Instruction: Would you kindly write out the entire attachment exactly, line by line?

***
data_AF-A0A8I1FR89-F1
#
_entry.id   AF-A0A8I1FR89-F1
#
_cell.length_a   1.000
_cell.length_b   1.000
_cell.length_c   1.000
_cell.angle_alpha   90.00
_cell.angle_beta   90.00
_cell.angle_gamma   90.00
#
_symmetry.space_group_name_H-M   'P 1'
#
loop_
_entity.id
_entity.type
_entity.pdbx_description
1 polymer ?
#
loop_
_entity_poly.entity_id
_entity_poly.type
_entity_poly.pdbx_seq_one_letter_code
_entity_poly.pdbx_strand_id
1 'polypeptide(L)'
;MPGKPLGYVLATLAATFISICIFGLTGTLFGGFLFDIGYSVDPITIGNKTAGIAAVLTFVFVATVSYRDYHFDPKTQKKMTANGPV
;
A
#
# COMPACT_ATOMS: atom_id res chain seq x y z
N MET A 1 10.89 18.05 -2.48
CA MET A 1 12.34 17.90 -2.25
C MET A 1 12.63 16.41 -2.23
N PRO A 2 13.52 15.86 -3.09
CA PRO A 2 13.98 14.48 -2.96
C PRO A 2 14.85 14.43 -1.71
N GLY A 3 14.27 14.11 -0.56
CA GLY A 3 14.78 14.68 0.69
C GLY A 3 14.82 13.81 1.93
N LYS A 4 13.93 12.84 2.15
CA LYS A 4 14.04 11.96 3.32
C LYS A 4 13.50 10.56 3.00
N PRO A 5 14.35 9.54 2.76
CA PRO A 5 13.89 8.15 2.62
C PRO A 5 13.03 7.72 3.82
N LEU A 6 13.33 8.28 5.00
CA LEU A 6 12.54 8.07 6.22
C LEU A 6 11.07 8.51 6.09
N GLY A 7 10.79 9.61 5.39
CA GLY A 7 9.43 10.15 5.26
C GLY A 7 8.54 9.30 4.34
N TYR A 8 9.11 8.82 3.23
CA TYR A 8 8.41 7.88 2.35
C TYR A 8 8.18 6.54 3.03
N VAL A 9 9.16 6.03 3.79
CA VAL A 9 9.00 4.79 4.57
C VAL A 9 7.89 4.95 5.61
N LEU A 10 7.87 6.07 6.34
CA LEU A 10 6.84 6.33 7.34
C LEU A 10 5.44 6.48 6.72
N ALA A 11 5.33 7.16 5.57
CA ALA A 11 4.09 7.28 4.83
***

data_AF-A0A8I1FR89-F1
#
_entry.id   AF-A0A8I1FR89-F1
#
_cell.length_a   1.000
_cell.length_b   1.000
_cell.length_c   1.000
_cell.angle_alpha   90.00
_cell.angle_beta   90.00
_cell.angle_gamma   90.00
#
_symmetry.space_group_name_H-M   'P 1'
#
loop_
_entity.id
_entity.type
_entity.pdbx_description
1 polymer ?
#
loop_
_entity_poly.entity_id
_entity_poly.type
_entity_poly.pdbx_seq_one_letter_code
_entity_poly.pdbx_strand_id
1 'polypeptide(L)'
;MPGKPLGYVLATLAATFISICIFGLTGTLFGGFLFDIGYSVDPITIGNKTAGIAAVLTFVFVATVSYRDYHFDPKTQKKMTANGPV
;
A
#
# COMPACT_ATOMS: atom_id res chain seq x y z
N MET A 1 10.89 18.05 -2.48
CA MET A 1 12.34 17.90 -2.25
C MET A 1 12.63 16.41 -2.23
N PRO A 2 13.52 15.86 -3.09
CA PRO A 2 13.98 14.48 -2.96
C PRO A 2 14.85 14.43 -1.71
N GLY A 3 14.27 14.11 -0.56
CA GLY A 3 14.78 14.68 0.69
C GLY A 3 14.82 13.81 1.93
N LYS A 4 13.93 12.84 2.15
CA LYS A 4 14.04 11.96 3.32
C LYS A 4 13.50 10.56 3.00
N PRO A 5 14.35 9.54 2.76
CA PRO A 5 13.89 8.15 2.62
C PRO A 5 13.03 7.72 3.82
N LEU A 6 13.33 8.28 5.00
CA LEU A 6 12.54 8.07 6.22
C LEU A 6 11.07 8.51 6.09
N GLY A 7 10.79 9.61 5.39
CA GLY A 7 9.43 10.15 5.26
C GLY A 7 8.54 9.30 4.34
N TYR A 8 9.11 8.82 3.23
CA TYR A 8 8.41 7.88 2.35
C TYR A 8 8.18 6.54 3.03
N VAL A 9 9.16 6.03 3.79
CA VAL A 9 9.00 4.79 4.57
C VAL A 9 7.89 4.95 5.61
N LEU A 10 7.87 6.07 6.34
CA LEU A 10 6.84 6.33 7.34
C LEU A 10 5.44 6.48 6.72
N ALA A 11 5.33 7.16 5.57
CA ALA A 11 4.09 7.28 4.83